Freedom and Limitations in Children

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Freedom and Limitations in Children
The way we raise our children, the structure of our family, and even our characters as parents affect their behavior, reactions and personalities in society. What we expect from our child is actually limited to what we give him. Especially the freedoms we offer to our children or the limitations we impose will affect their relationships and behaviors both in the family and in the society.

Looking at the family structures, 5 different tables emerge. These different types of families differ from each other in terms of the disciplinary attitudes of parents towards their children.

1. Authoritarian attitude based on excessive pressure.
2. Child-centered attitude based on excessive permissiveness.
3. Unbalanced, inconsistent and irresponsible attitude.
4. Overprotective and protective attitude.
5. Loving, reassuring, tolerant attitude.

In an environment of extreme repression, restrictions are placed on every move of children when parents are oppressive. When it comes to ‘discipline’, most parents perceive it as ‘to discipline with beatings and punishments, to set clear boundaries for children’. The purpose of this attitude, in which punishment and beating are used abundantly; It is raising a child who knows his limits, obeys the word, obeys the rules, fulfills the assigned duties. However, in families where there are extreme limitations and these limits are tried to be taught to the child through pressure, children who are afraid of making mistakes, who do not trust themselves, who are either withdrawn or have an aggressive personality emerge.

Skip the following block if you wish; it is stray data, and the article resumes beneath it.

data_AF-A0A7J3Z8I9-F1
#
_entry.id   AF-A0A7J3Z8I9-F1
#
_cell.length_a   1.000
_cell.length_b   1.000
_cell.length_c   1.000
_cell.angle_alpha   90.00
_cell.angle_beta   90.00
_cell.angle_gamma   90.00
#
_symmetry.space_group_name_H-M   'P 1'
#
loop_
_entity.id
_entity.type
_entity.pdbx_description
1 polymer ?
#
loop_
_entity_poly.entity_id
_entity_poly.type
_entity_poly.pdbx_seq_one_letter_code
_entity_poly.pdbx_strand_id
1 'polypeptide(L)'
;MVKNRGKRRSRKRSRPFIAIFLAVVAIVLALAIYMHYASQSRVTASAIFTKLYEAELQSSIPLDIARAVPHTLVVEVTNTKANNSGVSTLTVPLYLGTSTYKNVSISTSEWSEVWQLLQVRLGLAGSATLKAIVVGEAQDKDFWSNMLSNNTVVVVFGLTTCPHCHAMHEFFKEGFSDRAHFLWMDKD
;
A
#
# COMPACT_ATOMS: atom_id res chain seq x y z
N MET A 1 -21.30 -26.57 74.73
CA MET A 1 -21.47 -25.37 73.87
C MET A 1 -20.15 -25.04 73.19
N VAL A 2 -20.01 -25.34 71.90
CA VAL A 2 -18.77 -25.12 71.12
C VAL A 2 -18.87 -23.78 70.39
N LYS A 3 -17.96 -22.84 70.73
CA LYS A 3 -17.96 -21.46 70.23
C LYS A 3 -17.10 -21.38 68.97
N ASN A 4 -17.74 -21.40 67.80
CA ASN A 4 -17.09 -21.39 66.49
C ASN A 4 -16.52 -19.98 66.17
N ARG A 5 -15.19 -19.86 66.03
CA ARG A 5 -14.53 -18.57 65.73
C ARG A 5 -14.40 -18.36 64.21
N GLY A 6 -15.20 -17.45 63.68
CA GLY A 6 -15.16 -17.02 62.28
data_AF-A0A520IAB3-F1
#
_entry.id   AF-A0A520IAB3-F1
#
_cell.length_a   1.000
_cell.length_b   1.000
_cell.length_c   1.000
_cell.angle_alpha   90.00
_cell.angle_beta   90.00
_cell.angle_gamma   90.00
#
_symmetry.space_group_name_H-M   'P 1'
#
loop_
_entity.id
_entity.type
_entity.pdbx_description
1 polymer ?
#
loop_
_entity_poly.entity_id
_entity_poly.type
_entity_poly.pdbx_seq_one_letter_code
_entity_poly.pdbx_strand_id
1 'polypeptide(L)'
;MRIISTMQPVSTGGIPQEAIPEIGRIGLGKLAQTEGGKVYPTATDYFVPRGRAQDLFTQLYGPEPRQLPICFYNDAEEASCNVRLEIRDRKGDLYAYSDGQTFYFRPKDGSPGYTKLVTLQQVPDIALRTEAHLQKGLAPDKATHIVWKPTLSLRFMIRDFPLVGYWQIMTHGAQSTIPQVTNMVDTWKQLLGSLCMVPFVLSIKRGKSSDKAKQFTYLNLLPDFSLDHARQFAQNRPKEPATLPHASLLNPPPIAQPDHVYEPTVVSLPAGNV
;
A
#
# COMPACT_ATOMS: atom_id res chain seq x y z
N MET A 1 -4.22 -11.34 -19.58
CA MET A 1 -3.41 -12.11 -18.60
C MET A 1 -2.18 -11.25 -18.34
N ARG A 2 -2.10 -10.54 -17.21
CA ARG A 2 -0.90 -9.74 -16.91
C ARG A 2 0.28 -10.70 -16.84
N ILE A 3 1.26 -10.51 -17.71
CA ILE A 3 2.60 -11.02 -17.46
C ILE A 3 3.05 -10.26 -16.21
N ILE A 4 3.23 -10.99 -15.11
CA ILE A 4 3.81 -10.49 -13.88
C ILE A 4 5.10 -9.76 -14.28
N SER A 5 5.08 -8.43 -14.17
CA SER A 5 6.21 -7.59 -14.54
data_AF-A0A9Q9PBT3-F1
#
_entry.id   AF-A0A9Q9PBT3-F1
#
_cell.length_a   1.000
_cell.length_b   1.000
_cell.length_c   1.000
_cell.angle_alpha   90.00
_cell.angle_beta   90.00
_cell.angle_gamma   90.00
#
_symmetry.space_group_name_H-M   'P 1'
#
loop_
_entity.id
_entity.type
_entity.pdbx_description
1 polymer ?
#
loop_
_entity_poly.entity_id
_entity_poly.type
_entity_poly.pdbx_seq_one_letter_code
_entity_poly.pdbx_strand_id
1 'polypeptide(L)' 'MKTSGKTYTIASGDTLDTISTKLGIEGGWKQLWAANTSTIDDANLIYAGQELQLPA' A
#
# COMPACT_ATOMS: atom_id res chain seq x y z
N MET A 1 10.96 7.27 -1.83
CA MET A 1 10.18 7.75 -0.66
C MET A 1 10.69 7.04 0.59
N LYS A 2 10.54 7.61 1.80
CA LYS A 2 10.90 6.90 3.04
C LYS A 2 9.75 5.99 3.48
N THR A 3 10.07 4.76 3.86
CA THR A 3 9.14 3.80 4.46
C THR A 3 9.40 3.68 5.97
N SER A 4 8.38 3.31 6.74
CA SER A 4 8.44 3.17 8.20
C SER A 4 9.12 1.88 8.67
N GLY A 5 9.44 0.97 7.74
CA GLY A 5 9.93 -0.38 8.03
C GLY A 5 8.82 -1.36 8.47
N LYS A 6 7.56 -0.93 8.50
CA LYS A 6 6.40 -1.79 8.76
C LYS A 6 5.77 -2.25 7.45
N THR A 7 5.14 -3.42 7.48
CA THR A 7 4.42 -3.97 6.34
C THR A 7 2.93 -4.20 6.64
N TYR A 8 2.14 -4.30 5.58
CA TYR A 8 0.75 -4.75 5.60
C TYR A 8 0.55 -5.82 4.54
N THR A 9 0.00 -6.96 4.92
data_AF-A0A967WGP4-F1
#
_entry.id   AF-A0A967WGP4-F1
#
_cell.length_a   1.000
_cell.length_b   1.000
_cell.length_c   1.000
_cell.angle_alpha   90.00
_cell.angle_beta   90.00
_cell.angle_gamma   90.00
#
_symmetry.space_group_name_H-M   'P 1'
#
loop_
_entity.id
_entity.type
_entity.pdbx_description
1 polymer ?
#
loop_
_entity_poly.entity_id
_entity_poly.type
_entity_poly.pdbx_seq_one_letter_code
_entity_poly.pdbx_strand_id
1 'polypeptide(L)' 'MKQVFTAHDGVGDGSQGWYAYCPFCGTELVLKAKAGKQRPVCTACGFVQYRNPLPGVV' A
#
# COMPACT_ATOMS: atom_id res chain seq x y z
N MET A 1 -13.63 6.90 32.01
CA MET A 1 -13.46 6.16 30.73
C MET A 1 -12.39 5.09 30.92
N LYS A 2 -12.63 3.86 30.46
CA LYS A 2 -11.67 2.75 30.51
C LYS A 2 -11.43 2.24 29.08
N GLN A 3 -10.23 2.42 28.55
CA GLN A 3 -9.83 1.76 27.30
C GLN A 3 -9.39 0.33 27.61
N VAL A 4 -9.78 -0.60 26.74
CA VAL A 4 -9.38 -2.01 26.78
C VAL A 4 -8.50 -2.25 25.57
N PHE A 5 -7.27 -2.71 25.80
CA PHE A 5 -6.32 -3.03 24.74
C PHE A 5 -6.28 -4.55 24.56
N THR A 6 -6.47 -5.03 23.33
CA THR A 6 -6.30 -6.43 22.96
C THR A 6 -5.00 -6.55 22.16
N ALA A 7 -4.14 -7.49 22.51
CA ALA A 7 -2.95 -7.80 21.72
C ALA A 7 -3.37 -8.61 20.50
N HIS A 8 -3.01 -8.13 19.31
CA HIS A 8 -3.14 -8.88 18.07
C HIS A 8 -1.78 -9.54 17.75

On the other hand, the opposite understanding is seen in families based on extreme freedom and freedom, where there are no limitations, or where the parents leave the boundaries to the child. Generally, these families with one child are dominated by the child. Family members unconditionally fulfill the child’s wishes. After all, excessive love and attention makes the child an unruly, insatiable person. In these families, children appear in front of families with a personality whose uncontrollability increases, especially during adolescence. During adolescence, every child naturally distances himself from the family and tries to prove himself in the social environment. Errors and trials are seen in this period. Adolescents who have the feeling of “nothing will happen to me” may exhibit many irresponsible actions one after the other at the expense of proving himself. In these situations, it is not expected that the adolescent, who is fond of his freedom and has held his freedom since childhood, knows no boundaries. For example, families that give a child the freedom to play outside whenever he wants, and to take lessons whenever he wants, do this with the thought that the child will draw his own boundaries for his own character. However, when the child who has this freedom turns 16, when the parents are looking for their son or daughter outside in the middle of the night, they also get scolded from their children, saying, “What are you getting into?” Because it has never been interfered with.